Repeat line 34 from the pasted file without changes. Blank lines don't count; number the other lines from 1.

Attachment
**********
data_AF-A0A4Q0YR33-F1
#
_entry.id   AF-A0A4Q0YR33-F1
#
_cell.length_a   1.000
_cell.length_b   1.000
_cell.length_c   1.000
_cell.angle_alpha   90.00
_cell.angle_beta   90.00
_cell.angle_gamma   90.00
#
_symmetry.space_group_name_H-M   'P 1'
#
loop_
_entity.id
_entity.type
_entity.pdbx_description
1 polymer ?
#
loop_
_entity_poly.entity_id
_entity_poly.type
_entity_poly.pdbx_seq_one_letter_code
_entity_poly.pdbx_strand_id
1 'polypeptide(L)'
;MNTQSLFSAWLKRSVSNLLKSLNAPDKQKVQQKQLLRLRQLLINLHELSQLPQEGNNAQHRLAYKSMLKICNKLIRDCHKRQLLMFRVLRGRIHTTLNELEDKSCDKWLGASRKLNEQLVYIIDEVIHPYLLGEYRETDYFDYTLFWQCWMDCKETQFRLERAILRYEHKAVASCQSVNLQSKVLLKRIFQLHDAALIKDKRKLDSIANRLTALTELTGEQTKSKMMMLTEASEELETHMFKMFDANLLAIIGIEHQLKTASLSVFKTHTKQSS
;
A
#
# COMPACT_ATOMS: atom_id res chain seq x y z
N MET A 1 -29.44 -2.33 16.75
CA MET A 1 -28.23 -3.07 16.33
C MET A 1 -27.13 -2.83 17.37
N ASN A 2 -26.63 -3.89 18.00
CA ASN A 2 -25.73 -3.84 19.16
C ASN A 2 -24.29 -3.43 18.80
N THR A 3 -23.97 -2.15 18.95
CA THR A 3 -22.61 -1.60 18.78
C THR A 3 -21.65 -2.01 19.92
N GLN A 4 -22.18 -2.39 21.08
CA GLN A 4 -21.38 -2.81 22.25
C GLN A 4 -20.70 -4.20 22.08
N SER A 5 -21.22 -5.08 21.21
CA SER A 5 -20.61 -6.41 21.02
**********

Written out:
N ASN A 2 -26.63 -3.89 18.00